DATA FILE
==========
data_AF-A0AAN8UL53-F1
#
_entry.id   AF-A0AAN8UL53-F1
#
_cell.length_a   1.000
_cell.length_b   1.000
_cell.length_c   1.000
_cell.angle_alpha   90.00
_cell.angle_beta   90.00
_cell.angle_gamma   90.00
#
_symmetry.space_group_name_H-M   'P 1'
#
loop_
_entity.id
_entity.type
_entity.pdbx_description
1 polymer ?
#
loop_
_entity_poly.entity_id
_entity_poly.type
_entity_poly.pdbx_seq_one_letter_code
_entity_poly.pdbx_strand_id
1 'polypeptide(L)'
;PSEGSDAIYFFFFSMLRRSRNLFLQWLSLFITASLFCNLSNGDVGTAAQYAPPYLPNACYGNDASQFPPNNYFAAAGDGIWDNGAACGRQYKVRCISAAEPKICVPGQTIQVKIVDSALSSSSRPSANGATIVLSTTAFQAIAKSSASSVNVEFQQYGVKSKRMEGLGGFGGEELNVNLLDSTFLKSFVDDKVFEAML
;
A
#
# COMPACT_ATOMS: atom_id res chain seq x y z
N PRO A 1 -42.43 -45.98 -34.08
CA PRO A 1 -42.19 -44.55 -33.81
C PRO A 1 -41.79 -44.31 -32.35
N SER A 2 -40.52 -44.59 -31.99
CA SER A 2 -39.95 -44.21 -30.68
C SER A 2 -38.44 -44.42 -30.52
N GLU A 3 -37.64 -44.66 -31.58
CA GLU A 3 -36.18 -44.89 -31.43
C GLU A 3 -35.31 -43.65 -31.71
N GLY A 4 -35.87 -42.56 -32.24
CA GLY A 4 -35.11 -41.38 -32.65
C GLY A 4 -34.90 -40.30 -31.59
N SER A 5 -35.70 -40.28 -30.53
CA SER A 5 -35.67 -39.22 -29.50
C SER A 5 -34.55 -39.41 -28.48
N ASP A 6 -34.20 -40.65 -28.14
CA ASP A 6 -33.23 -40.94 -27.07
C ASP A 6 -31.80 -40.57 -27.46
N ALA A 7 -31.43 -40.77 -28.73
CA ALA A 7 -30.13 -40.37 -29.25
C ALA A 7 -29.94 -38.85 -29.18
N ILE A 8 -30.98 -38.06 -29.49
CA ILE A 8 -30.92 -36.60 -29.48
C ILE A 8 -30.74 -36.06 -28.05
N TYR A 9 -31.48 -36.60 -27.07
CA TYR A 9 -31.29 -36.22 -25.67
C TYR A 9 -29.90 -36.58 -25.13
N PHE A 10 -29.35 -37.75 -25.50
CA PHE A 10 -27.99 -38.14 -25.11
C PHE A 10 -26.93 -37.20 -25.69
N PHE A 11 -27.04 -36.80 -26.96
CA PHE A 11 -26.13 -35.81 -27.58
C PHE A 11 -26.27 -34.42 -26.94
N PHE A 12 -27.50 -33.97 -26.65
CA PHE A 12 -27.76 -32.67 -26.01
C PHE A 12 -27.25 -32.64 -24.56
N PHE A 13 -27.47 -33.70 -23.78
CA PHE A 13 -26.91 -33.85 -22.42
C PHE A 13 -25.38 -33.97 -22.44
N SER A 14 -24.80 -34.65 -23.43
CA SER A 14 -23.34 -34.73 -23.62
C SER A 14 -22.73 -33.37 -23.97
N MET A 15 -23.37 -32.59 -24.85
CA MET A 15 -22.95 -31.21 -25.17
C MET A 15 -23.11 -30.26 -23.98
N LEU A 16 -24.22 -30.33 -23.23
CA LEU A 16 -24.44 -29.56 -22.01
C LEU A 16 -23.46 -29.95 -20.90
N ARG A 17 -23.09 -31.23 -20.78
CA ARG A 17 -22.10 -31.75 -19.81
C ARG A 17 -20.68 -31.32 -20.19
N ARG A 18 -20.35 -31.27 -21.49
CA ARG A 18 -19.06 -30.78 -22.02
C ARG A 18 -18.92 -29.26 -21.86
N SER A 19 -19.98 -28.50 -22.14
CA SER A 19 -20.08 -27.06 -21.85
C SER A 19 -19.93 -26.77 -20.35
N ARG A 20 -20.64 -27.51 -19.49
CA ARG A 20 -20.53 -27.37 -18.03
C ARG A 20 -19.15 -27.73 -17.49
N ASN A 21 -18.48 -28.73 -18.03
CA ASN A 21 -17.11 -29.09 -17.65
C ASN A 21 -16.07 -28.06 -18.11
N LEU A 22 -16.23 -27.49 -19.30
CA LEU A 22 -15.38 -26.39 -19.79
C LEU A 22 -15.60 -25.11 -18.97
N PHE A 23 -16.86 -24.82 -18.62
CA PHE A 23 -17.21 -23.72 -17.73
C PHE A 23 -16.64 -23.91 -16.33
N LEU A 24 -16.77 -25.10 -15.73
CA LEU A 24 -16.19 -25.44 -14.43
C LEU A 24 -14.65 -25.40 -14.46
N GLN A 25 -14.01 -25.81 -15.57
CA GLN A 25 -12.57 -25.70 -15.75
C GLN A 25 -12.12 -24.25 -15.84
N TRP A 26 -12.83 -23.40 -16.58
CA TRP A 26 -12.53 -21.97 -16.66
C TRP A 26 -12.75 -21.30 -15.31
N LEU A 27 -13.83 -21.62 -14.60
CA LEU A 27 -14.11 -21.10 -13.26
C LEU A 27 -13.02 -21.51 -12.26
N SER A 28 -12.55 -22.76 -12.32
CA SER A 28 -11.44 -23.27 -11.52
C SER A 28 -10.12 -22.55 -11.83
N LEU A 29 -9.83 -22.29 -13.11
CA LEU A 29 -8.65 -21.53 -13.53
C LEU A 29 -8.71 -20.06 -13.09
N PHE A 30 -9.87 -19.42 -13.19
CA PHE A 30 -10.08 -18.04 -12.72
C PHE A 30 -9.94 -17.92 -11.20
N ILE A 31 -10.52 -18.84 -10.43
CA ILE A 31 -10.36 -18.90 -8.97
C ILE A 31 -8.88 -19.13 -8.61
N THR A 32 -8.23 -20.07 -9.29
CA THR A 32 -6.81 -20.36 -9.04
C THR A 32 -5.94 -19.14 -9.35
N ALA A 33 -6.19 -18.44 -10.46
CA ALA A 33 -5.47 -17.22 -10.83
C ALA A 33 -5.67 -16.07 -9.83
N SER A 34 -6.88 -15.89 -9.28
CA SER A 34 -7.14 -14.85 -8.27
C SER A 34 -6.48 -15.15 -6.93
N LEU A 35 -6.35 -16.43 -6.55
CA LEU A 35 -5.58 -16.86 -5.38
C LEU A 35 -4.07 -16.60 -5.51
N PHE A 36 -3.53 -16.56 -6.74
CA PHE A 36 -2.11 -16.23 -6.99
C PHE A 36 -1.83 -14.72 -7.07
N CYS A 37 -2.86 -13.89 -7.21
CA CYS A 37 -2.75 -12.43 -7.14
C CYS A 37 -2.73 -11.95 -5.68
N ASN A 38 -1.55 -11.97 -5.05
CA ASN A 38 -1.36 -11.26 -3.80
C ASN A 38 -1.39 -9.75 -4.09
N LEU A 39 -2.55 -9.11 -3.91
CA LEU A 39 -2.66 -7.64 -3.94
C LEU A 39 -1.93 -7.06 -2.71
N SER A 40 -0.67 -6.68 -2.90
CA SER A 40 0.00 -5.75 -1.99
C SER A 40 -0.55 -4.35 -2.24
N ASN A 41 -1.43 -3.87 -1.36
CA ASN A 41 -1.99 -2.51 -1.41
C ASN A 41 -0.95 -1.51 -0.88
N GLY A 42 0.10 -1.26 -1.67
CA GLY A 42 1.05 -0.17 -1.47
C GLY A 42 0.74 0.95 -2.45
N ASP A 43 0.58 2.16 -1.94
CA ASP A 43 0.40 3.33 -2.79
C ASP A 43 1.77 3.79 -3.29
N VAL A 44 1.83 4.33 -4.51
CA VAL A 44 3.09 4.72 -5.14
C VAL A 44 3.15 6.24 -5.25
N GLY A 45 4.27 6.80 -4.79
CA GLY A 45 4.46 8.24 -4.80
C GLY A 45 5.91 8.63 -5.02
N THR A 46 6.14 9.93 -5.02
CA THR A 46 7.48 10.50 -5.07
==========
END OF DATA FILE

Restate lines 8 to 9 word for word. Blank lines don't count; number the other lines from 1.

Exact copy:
_cell.angle_alpha   90.00
_cell.angle_beta   90.00